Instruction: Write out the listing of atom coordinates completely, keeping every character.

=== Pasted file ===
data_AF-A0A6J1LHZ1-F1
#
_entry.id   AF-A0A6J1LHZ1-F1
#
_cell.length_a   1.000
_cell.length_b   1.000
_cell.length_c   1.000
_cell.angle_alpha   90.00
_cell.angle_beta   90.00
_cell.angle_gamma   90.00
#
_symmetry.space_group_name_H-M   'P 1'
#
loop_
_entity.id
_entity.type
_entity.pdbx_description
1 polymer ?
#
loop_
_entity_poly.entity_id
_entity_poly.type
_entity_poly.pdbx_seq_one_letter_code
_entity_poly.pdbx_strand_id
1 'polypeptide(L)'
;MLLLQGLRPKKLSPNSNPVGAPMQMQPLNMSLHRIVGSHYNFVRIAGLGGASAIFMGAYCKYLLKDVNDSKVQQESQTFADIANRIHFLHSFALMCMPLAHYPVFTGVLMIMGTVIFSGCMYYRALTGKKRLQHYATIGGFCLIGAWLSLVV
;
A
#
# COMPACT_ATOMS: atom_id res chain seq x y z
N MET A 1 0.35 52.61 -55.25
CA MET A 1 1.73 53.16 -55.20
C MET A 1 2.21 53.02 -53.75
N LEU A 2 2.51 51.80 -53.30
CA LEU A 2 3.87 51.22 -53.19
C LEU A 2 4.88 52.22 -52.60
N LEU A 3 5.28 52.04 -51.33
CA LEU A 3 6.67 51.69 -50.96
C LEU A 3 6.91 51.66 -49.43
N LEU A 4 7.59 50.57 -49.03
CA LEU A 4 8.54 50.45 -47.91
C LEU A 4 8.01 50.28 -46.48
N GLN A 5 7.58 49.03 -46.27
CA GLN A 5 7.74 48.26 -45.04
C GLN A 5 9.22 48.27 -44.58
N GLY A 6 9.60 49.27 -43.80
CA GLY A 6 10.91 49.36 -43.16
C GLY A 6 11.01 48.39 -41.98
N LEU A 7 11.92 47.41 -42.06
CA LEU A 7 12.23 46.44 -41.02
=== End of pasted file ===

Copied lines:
data_AF-A0A6J1LHZ1-F1
#
_entry.id   AF-A0A6J1LHZ1-F1
#
_cell.length_a   1.000
_cell.length_b   1.000
_cell.length_c   1.000
_cell.angle_alpha   90.00
_cell.angle_beta   90.00
_cell.angle_gamma   90.00
#
_symmetry.space_group_name_H-M   'P 1'
#
loop_
_entity.id
_entity.type
_entity.pdbx_description
1 polymer ?
#
loop_
_entity_poly.entity_id
_entity_poly.type
_entity_poly.pdbx_seq_one_letter_code
_entity_poly.pdbx_strand_id
1 'polypeptide(L)'
;MLLLQGLRPKKLSPNSNPVGAPMQMQPLNMSLHRIVGSHYNFVRIAGLGGASAIFMGAYCKYLLKDVNDSKVQQESQTFADIANRIHFLHSFALMCMPLAHYPVFTGVLMIMGTVIFSGCMYYRALTGKKRLQHYATIGGFCLIGAWLSLVV
;
A
#
# COMPACT_ATOMS: atom_id res chain seq x y z
N MET A 1 0.35 52.61 -55.25
CA MET A 1 1.73 53.16 -55.20
C MET A 1 2.21 53.02 -53.75
N LEU A 2 2.51 51.80 -53.30
CA LEU A 2 3.87 51.22 -53.19
C LEU A 2 4.88 52.22 -52.60
N LEU A 3 5.28 52.04 -51.33
CA LEU A 3 6.67 51.69 -50.96
C LEU A 3 6.91 51.66 -49.43
N LEU A 4 7.59 50.57 -49.03
CA LEU A 4 8.54 50.45 -47.91
C LEU A 4 8.01 50.28 -46.48
N GLN A 5 7.58 49.03 -46.27
CA GLN A 5 7.74 48.26 -45.04
C GLN A 5 9.22 48.27 -44.58
N GLY A 6 9.60 49.27 -43.80
CA GLY A 6 10.91 49.36 -43.16
C GLY A 6 11.01 48.39 -41.98
N LEU A 7 11.92 47.41 -42.06
CA LEU A 7 12.23 46.44 -41.02